Our purpose was to obtain genome-wide expression data for the rabbit species on the responses of peripheral blood mononuclear cells (PBMCs) after in vitro stimulation by lipopolysaccharide (LPS) or phorbol myristate acetate (PMA) and ionomycin. This transcriptome profiling was carried out using microarrays enriched with immunity-related genes, and annotated with the most recent data available for the rabbit genome.
The LPS affected 15 to 20 times fewer genes than PMA-Ionomycin after both 4 hours (T4) and 24 hours (T24), of in vitro stimulation, in comparison with mock-stimulated PBMCs. LPS induced an inflammatory response as shown by a significant up-regulation of IL12A and CXCL11 at T4, followed by an increased transcription of IL6, IL1B, IL1A, IL36, IL37, TNF, and CCL4 at T24. Surprisingly, we could not find an up-regulation of IL8 either at T4 or at T24, and detected a down-regulation of DEFB1 and BPI at T24. A concerted up-regulation of SAA1, S100A12 and F3 was found upon stimulation by LPS.
PMA-Ionomycin induced a very early expression of Th1, Th2, Treg, and Th17 responses by PBMCs at T4. The Th1 response increased at T24 as shown by the increase of the transcription of IFNG and by contrast to other cytokines which significantly decreased from T4 to T24 (IL2, IL4, IL10, IL13, IL17A, CD69) by comparison to mock-stimulation. The granulocyte-macrophage colony-stimulating factor (CSF2) was by far the most over-expressed gene at both T4 and T24 by comparison to mock-stimulated cells, confirming a major impact of PMA-Ionomycin on cell growth and proliferation. A significant down-regulation of IL16 was observed at T4 and T24, in agreement with a role of IL16 in PBMC apoptosis.
We report new data on the responses of PBMCs to LPS and PMA-Ionomycin in the rabbit species, thus enlarging the set of mammalian species for which such reports exist. The availability of the rabbit genome assembly together with high throughput genomic tools should pave the way for more intense genomic studies for this species, which is known to be a very relevant biomedical model in immunology and physiology.
The rabbit (Oryctolagus cuniculus) is a wild and domesticated species that is used for many purposes including production for meat and fur, biotechnological applications (e.g. antibody production, cloning), and as a tool for the study of nutrition, reproduction, toxicology, pharmaceutical research, and pathologies [1-4]. In fact, the rabbit has been extensively used as a model to study infectious diseases such as tuberculosis, syphilis, anthrax, tularemia, poxvirus diseases, and hepatitis E. Rabbits are also used for research on autoimmune diseases such as systemic lupus erythematosus . The rabbit immune system generates antibody diversity and optimizes affinity through mechanisms that are more efficient than those of mice and other rodents. Due to their high specificity and affinity, rabbit antibodies are commercially available for a large number of target antigens.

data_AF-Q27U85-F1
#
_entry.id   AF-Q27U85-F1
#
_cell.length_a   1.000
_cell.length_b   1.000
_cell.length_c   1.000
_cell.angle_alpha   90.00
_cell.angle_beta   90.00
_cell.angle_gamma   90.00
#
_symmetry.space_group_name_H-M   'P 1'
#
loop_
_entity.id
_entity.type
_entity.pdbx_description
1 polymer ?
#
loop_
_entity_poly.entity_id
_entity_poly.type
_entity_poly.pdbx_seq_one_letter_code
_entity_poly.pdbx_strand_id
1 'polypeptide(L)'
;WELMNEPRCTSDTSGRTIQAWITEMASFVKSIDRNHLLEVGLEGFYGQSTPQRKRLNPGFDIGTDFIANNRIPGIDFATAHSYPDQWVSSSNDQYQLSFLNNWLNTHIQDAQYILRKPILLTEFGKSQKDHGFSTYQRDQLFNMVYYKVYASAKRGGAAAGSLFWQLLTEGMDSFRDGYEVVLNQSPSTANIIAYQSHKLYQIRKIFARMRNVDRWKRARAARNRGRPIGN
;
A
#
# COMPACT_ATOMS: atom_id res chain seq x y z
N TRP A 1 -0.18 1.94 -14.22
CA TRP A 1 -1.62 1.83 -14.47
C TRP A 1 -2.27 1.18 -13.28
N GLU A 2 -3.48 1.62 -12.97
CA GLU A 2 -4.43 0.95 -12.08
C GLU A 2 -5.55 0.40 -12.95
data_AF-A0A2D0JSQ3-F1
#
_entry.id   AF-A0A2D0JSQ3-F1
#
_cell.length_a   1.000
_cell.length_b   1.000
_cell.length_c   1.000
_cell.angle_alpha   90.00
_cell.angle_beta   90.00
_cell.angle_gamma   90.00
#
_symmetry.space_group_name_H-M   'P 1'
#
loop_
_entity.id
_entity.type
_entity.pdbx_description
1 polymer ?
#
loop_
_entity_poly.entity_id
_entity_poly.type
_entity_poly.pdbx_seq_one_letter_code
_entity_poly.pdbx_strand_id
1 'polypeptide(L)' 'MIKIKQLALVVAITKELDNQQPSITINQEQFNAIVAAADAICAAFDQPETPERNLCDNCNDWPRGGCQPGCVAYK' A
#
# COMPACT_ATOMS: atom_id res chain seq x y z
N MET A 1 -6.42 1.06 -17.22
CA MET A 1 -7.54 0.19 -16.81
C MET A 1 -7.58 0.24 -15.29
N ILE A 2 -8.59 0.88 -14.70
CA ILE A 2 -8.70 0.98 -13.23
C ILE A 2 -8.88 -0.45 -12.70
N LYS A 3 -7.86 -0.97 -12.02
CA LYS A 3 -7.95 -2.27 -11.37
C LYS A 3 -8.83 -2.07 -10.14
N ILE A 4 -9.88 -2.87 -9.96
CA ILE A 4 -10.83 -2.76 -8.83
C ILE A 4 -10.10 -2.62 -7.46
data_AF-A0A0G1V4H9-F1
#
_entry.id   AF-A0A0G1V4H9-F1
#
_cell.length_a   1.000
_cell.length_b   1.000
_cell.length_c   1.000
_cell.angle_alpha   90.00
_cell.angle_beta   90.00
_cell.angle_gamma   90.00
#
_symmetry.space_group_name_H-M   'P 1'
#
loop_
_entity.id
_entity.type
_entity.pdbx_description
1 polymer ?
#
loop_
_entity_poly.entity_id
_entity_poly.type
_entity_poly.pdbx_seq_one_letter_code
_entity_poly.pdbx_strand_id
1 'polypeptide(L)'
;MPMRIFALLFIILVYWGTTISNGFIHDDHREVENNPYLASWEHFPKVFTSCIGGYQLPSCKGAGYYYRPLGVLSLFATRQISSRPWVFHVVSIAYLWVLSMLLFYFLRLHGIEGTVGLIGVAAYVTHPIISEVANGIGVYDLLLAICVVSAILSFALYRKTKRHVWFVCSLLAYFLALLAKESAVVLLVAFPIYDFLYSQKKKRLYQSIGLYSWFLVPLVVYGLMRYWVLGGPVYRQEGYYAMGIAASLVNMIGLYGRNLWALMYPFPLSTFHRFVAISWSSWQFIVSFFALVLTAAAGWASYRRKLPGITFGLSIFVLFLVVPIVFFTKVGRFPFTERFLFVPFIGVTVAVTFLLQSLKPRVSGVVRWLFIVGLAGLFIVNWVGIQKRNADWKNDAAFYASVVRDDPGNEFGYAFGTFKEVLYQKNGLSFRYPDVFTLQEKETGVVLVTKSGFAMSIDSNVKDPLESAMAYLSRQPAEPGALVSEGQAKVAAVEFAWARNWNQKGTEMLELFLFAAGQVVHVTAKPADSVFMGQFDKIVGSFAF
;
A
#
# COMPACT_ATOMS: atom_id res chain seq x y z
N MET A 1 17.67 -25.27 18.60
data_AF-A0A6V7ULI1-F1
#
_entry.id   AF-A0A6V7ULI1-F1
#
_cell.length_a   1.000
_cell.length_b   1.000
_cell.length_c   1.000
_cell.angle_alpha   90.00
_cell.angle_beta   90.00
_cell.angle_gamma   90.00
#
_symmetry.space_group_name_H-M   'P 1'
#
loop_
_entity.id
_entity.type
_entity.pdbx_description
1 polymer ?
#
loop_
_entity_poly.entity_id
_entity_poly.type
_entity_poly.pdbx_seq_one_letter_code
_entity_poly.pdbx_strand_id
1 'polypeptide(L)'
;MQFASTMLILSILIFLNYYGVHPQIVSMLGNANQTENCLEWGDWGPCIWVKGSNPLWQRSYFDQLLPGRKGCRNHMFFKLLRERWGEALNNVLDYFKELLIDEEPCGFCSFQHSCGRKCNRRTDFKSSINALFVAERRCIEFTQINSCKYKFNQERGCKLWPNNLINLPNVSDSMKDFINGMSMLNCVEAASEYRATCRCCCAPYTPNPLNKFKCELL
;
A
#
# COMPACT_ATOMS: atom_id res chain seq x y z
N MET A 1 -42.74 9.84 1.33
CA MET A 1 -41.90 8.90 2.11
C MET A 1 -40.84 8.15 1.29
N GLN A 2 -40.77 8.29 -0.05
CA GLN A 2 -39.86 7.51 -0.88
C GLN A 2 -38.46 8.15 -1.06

The rabbit has been included in the Mammalian Genome Project  and a 2X followed by a 7X coverage version of the rabbit genome sequence has been released in 2005 and 2009, respectively. The reference genome assembly OryCun2.0 (AAGW00000000.2, http://www.ncbi.nlm.nih.gov/genome/?term=oryctolagus%20cuniculus) has provided insights to decipher the impact of the domestication process on shaping genomes . Genomic tools are growing for the rabbit species, complementary to the onset of more and more cost-effective high throughput sequencing methodologies, paving the way to large scale genome-wide expression studies . However, very few genome-wide expression studies have been reported to date in the rabbit and most of which have focused on early embryogenesis [8-10] pluripotent stem cells , implantation during gestation , ocular research [13,14] and response of different organs to Eimeria infections [15-17]. Although rabbits have proven very useful in immunological and infectious disease research, genome-wide expression studies targeting the immune response to various challenges are still limited. Our aim was to create genome-wide gene expression datasets representative of various in vitro stimulations of immune cells in rabbits in order to increase knowledge on the rabbit immune responses, to provide new rabbit-specific data for comparative immunology, and to promote that transcriptomics-based approaches are efficient to provide molecular phenotype information to analyze immunity in the rabbit species. We chose to study variations of the transcriptome in rabbit peripheral blood mononuclear cells (PBMCs) using two different stimulations expected to induce either an innate immune response (lipopolysaccharide (LPS stimulation)) or a lymphocyte proliferation (mixture of phorbol myristate acetate (PMA) and ionomycin (PMA-Ionomycin stimulation)). LPS is part of the outermost layer of gram-negative bacteria and is a pathogen-associated molecular pattern (PAMP) used for in vitro studies of the innate immune response after bacterial infection. PMA, in conjunction with ionomycin, act preferentially on growth and proliferation of immune cells, and stimulate the intracellular production of the cytokines IL2 and IL4. Both stimulations were chosen as they are classically used to induce distinct types of immune responses for further characterization. This study stands as the rabbit counterpart of a similar study that was conducted in pig , and that has provided much new data on the main gene pathways that were modified following each stimulation. For this purpose, we have designed a rabbit long oligonucleotide-based DNA microarray, by enriching a previously customized gene expression design (GPL16482) with a set of well-annotated genes known to be involved in immune and inflammatory responses. We report the striking features of gene expression changes in response to both stimulations over time, relying on gene expression microarrays that are informative, cost-effective and easy to use for genome-wide expression studies in the rabbit. To our knowledge, our study reports for the first time the modifications of transcriptome profiling of PBMCs upon LPS of PMA-Ionomycin stimulation in the rabbit species.